"We just want to get famous enough to meet Lena Dunham," say twin artists Taylor and Jazzmyn Barbosa. They may be joking, but it doesn't seem like too fantastic a dream; the Barbosa sisters' art is cut from the same vulnerable, whip-smart cloth as the star and creator HBO's Girls.
Individually, the twins create art that feels both deeply personal and widely universal, exploring the female form and emotional landscapes through their drawings, dioramas and animations. Their newest works will be on display in a collaborative show called You Made Me Different, which opens Saturday night with a reception that starts at 8 p.m. at Forest Room 5.
While the sisters are identical twins, their art is decidedly different. Jazzmyn's prints are often intimate, confessional pieces, combining stylized imagery with words that feel like short poems in the form of visual art. "Jazzmyn gets a bad rep sometimes for making work that's too personal, but that's what I like about it," says Taylor. "You can tell how funny and sensitive and smart she is by looking at what she makes." Phrases like "If you don't know where you want to go" and "Just wait and see" combine with bold colors and sincere drawings in Jazzmyn's fine art-meets-comic book-style prints. "I think using words in art can be really relatable," says Jazzmyn. "When I see words with drawings, it always reminds me of comics and makes me feel sentimental." Taylor's work, on the other hand, explores female form through dioramas, animation and expressive painted lines. "I think it's important to talk about the female experience," Taylor explains. "I like making images of women who are strong and independent, and how that can still mean being dependent on other women."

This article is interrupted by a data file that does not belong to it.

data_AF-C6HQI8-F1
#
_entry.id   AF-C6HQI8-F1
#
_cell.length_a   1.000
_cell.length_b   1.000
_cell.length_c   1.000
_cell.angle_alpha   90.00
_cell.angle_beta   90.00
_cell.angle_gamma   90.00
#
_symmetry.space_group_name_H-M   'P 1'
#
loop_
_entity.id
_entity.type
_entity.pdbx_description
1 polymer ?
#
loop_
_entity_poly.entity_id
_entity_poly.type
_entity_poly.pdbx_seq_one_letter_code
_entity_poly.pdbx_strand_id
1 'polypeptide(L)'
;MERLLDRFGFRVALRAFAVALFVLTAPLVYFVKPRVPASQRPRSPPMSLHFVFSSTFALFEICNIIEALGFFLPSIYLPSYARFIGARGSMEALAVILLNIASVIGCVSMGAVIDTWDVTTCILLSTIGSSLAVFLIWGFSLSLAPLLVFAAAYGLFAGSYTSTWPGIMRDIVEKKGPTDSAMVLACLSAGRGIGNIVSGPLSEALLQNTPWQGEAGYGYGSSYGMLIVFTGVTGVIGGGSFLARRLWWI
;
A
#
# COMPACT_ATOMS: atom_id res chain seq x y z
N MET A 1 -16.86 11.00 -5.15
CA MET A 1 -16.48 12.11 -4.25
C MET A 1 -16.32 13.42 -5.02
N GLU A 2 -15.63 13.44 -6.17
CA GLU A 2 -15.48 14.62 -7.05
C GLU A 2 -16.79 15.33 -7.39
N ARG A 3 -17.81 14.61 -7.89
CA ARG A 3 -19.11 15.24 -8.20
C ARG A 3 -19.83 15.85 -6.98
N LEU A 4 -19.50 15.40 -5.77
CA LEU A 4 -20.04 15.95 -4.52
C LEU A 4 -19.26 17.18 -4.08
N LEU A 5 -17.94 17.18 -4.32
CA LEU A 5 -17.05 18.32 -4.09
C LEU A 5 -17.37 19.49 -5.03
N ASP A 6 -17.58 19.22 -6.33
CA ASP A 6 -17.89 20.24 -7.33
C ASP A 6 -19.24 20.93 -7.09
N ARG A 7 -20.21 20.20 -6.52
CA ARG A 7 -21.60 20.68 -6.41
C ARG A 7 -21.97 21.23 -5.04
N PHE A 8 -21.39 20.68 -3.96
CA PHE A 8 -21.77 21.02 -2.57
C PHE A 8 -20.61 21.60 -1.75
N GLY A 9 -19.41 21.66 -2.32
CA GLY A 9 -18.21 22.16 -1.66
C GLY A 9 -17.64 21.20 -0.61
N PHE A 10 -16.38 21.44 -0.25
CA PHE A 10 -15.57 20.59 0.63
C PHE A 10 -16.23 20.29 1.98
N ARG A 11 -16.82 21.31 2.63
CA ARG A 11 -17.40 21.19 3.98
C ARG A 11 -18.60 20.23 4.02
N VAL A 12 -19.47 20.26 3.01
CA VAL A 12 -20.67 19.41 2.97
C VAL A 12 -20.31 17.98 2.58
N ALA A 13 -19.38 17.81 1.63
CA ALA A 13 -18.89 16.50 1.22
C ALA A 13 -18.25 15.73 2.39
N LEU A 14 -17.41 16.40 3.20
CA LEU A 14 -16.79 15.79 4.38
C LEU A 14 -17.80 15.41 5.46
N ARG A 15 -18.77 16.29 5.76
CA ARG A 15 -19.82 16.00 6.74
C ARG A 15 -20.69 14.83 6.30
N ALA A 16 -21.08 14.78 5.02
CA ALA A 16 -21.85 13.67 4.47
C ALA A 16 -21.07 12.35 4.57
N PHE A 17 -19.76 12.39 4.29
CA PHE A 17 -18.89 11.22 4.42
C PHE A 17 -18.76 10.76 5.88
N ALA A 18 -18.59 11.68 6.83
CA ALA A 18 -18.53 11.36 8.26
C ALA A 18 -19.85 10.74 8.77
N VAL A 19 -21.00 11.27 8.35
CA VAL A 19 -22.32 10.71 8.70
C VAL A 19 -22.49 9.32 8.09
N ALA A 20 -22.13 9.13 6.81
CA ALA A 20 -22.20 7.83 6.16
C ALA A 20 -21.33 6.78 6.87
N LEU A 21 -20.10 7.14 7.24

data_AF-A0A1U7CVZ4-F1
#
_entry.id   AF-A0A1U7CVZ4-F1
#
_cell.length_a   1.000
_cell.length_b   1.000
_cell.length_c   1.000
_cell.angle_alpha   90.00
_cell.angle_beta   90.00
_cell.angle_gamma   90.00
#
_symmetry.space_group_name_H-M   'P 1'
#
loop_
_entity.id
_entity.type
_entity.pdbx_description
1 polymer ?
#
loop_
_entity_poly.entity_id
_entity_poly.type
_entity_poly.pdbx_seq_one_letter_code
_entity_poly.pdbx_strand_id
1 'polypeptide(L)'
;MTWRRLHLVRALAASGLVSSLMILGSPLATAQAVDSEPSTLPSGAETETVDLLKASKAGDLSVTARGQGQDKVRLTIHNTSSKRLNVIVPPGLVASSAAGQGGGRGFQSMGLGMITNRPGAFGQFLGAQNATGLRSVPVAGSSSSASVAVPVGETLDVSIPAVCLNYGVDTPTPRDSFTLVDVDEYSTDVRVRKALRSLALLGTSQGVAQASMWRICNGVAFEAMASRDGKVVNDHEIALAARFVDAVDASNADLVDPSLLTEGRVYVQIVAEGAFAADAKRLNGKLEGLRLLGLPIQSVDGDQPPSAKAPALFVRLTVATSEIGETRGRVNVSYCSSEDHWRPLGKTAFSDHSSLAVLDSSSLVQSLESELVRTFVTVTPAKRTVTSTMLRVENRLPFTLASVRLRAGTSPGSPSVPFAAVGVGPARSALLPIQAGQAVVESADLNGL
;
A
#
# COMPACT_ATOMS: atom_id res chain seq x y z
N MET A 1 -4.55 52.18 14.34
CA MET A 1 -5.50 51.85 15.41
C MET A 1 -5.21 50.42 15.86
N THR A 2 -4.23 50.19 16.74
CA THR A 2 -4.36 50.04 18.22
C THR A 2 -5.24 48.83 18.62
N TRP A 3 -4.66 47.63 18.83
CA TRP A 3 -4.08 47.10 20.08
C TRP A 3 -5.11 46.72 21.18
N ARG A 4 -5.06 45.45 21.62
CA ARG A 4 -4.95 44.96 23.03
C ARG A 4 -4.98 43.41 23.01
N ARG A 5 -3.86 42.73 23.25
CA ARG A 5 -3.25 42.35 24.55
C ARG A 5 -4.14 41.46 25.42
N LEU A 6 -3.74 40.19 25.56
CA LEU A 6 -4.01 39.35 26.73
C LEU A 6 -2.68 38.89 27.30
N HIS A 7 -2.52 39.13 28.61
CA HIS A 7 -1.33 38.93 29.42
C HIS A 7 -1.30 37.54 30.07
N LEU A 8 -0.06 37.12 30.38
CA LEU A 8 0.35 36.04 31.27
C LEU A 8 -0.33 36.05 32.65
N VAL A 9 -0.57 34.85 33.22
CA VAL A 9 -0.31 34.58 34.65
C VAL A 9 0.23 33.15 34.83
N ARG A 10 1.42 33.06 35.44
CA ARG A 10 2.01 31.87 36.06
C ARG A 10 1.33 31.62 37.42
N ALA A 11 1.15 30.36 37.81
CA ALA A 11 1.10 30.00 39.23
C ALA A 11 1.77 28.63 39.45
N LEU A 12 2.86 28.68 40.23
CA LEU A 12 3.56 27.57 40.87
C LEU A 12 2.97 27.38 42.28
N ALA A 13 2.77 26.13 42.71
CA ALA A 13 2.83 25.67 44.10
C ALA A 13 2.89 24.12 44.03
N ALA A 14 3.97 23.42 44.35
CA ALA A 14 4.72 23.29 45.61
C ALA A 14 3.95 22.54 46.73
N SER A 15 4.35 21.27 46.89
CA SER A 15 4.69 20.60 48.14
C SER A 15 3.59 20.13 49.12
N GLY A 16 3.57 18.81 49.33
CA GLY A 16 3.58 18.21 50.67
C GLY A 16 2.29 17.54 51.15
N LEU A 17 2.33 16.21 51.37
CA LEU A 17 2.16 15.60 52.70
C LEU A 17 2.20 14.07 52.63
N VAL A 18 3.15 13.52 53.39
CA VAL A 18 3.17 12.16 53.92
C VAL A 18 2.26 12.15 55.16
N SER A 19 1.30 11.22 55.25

A lovely recent animation collaboration with Jordan Hagen called "It Was Nice Seeing You Today" uses Taylor's distinct style to show the simple act of a couple waking up and traveling through the day together. "I like how ambitious Taylor's art is," says Jazzmyn. "She is always pushing herself to try new things and to be inventive. Plus, she has her own voice and I think that is so cool."
The sisters started making art in high school, but it wasn't until college (they both are studying printmaking at the Metropolitan State University of Denver) that they started collaborating. "We work individually but near each other," says Taylor of their creative process. "The pieces are in conversation with each other the whole time, and then when we put it all together at the end, they aren't strangers."
Lena Dunham has four weeks to drop by!
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